How to Keep Kids Learning During the Summer With Easy Summer Academy Binders

Have you ever wondered if there is an easy way for how to keep kids learning during the summer? If there’s one thing I learned last summer, it’s that keeping kids learning during the summer isn’t always easy. I had ideas. I wanted them to read. I wanted them to keep learning. I wanted something to motivate my kids, but didn’t have an easy system in place and found myself punting more often than I would like to admit. “Mom can we play video games?” “Did you do your brain work?” “Um, no, what should I do?” GOOD QUESTION!!! I had bought some work books, but never figured out a clear plan for putting them into action and didn’t have a great way of keeping track of what had been completed or not. I didn’t always have time to sit down and figure out what needed done in the moments it needed doing. Although we did get some things accomplished, we weren’t nearly as efficient as I’d hoped. I needed a plan, something organized, easy, and effective. Something we could stick with and keep learning through the entire summer. So I created our Summer Academy. I’ve been trying to think of a system that might work for us and think I finally have came up with something. It’s designed so that it will only take a few minutes each weekend for me to prep for the entire work week. It’s also designed to be totally user friendly for my boys so that they know exactly what is expected of them, where everything is, and can grow their brains with as little stress as possible. Let me explain this all to you. Each of my kids has their own Summer Academy binder. Each binder has pocket pages inside. One for Monday through Friday, Work in Progress, and Summer Reading Program. I didn’t use sheet protectors because my kids have trouble sliding papers in and out of them and in order for this to work, I need my kids to be able to manipulate the system as independently as possible. Each weekend I will take a few minutes to slip daily brain work into each pocket. Each day will have a page from an activity book.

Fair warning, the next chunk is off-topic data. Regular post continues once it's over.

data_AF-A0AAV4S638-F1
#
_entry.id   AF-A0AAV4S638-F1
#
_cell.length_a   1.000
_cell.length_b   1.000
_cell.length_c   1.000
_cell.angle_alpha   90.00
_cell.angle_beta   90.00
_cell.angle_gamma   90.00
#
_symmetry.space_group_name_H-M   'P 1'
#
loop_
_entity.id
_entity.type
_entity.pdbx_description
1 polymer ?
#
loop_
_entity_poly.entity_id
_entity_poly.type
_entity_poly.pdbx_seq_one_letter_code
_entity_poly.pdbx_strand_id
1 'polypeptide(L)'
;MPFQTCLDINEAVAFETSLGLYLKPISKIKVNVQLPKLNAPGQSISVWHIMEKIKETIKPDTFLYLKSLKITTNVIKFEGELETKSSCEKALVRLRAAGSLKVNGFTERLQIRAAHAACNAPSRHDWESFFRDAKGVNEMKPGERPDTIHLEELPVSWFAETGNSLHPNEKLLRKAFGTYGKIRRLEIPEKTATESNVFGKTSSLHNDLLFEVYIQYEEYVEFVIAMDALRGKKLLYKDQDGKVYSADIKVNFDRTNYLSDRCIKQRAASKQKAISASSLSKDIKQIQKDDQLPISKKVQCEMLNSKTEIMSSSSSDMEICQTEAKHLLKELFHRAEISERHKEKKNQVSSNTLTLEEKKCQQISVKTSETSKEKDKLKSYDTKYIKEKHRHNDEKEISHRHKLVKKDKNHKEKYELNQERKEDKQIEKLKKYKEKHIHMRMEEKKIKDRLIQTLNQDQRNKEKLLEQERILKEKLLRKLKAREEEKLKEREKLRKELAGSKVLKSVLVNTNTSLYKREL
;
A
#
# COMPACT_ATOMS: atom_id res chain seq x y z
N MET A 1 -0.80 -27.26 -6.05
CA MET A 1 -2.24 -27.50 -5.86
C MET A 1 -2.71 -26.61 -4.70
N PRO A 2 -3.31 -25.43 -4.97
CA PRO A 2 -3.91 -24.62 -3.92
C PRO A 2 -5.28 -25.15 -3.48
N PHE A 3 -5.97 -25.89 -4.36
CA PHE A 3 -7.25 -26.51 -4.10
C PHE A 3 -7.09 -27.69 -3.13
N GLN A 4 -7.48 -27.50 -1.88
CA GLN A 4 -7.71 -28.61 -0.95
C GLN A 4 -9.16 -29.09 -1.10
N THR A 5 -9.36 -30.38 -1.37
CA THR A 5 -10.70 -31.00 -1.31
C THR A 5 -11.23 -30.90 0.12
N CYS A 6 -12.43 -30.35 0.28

Have you ever seen the Summer Bridge Activity Books?

I hadn’t until a friend showed me them and they are super slick! They are divided into three sections, each with 20 activities. Which fits summertime perfectly – one section for each of the summer months and enough activities for the weekdays with weekends off so if you miss a day, you can always catch up pretty easy on the weekend without feeling overloaded. Each month is color coded and labeled Day 1, Day 2, and so on, and consists of one worksheet front and back. The skills are grade specific and they are spread out in a really very well rounded sort of way! I love them. You can use what ever you would like, other workbooks or even pages printed from the internet, but I think these books are a great way to streamline the process. These books give us a great foundation, but there are a few skills I want my kids to really hone in on. I don’t anticipate their worksheets will take but 5  maybe 10 minutes to complete so I think supplementing with something that will take another 10-15 minutes will be just fine. I used these cute blank cards from Tatertots and Jello’s Summertime Bucket List Project to create Brain Work Focus Cards.

You can make your own simply by printing them out and handwriting cards to fit your family’s needs or you can download them, open them with Adobe Photoshop and add text like I did. It doesn’t hurt to brainstorm for ideas with your kids to make sure there are some activities they are looking forward to.

Here’s some ideas to get you started:

1. practice writing your name
2. practice your personal information {birthday. address, phone number}
3. practice your ABC’s
4. practice skip counting {2’s, 5’s, 10’s}
5. write a letter
6. find a recipe and prepare it
7. write a story
8. make a craft
9. read a news article and summarize it
10. practice addition, subtraction, multiplication, division
11. practice instrument
12. research and list 10 facts about a place you’ve never been
13. find 10 new facts about an animal
14. put a puzzle together
15. play a card/board game
16. free choice

I also made 5 reading specific cards per child, one for each day of the week, because this is another component of our Summer Academy. I will slide two of these cards into each day’s pocket. One will list an age appropriate reading task and the other will list one of the Focus Tasks. Like this.